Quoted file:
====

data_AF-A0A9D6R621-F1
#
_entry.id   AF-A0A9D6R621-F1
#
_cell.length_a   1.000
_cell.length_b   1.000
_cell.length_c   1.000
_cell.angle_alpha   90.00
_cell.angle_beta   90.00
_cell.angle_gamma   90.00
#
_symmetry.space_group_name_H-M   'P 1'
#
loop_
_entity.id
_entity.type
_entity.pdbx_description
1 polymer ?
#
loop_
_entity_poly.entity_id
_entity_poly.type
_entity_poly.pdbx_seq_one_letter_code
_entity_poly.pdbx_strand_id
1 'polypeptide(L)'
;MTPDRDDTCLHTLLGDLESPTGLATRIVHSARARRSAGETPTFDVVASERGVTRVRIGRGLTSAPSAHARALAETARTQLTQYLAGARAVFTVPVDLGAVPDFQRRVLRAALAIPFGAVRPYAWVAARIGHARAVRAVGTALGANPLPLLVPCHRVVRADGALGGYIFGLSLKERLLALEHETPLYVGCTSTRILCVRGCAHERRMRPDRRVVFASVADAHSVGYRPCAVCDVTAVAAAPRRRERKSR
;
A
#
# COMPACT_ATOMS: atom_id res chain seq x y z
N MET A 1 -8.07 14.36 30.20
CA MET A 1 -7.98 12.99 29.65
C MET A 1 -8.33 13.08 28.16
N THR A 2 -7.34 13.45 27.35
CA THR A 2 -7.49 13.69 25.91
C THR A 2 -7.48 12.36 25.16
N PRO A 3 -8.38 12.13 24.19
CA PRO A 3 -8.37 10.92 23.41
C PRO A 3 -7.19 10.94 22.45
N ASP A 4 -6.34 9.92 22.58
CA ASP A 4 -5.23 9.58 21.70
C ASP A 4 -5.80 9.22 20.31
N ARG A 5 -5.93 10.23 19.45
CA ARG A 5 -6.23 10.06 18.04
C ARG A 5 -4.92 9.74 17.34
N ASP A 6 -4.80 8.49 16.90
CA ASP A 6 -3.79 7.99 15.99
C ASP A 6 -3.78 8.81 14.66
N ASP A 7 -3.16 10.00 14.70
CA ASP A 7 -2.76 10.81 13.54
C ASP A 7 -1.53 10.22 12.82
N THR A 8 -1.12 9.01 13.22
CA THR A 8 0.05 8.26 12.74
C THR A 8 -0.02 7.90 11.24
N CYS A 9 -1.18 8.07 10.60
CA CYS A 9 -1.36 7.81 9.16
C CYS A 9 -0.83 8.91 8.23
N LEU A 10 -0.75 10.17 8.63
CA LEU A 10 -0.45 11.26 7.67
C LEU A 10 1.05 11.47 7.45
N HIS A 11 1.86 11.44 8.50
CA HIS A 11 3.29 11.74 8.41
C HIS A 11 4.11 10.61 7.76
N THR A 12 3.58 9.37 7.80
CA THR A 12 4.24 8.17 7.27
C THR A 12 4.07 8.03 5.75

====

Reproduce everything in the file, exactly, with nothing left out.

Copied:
data_AF-A0A9D6R621-F1
#
_entry.id   AF-A0A9D6R621-F1
#
_cell.length_a   1.000
_cell.length_b   1.000
_cell.length_c   1.000
_cell.angle_alpha   90.00
_cell.angle_beta   90.00
_cell.angle_gamma   90.00
#
_symmetry.space_group_name_H-M   'P 1'
#
loop_
_entity.id
_entity.type
_entity.pdbx_description
1 polymer ?
#
loop_
_entity_poly.entity_id
_entity_poly.type
_entity_poly.pdbx_seq_one_letter_code
_entity_poly.pdbx_strand_id
1 'polypeptide(L)'
;MTPDRDDTCLHTLLGDLESPTGLATRIVHSARARRSAGETPTFDVVASERGVTRVRIGRGLTSAPSAHARALAETARTQLTQYLAGARAVFTVPVDLGAVPDFQRRVLRAALAIPFGAVRPYAWVAARIGHARAVRAVGTALGANPLPLLVPCHRVVRADGALGGYIFGLSLKERLLALEHETPLYVGCTSTRILCVRGCAHERRMRPDRRVVFASVADAHSVGYRPCAVCDVTAVAAAPRRRERKSR
;
A
#
# COMPACT_ATOMS: atom_id res chain seq x y z
N MET A 1 -8.07 14.36 30.20
CA MET A 1 -7.98 12.99 29.65
C MET A 1 -8.33 13.08 28.16
N THR A 2 -7.34 13.45 27.35
CA THR A 2 -7.49 13.69 25.91
C THR A 2 -7.48 12.36 25.16
N PRO A 3 -8.38 12.13 24.19
CA PRO A 3 -8.37 10.92 23.41
C PRO A 3 -7.19 10.94 22.45
N ASP A 4 -6.34 9.92 22.58
CA ASP A 4 -5.23 9.58 21.70
C ASP A 4 -5.80 9.22 20.31
N ARG A 5 -5.93 10.23 19.45
CA ARG A 5 -6.23 10.06 18.04
C ARG A 5 -4.92 9.74 17.34
N ASP A 6 -4.80 8.49 16.90
CA ASP A 6 -3.79 7.99 15.99
C ASP A 6 -3.78 8.81 14.66
N ASP A 7 -3.16 10.00 14.70
CA ASP A 7 -2.76 10.81 13.54
C ASP A 7 -1.53 10.22 12.82
N THR A 8 -1.12 9.01 13.22
CA THR A 8 0.05 8.26 12.74
C THR A 8 -0.02 7.90 11.24
N CYS A 9 -1.18 8.07 10.60
CA CYS A 9 -1.36 7.81 9.16
C CYS A 9 -0.83 8.91 8.23
N LEU A 10 -0.75 10.17 8.63
CA LEU A 10 -0.45 11.26 7.67
C LEU A 10 1.05 11.47 7.45
N HIS A 11 1.86 11.44 8.50
CA HIS A 11 3.29 11.74 8.41
C HIS A 11 4.11 10.61 7.76
N THR A 12 3.58 9.37 7.80
CA THR A 12 4.24 8.17 7.27
C THR A 12 4.07 8.03 5.75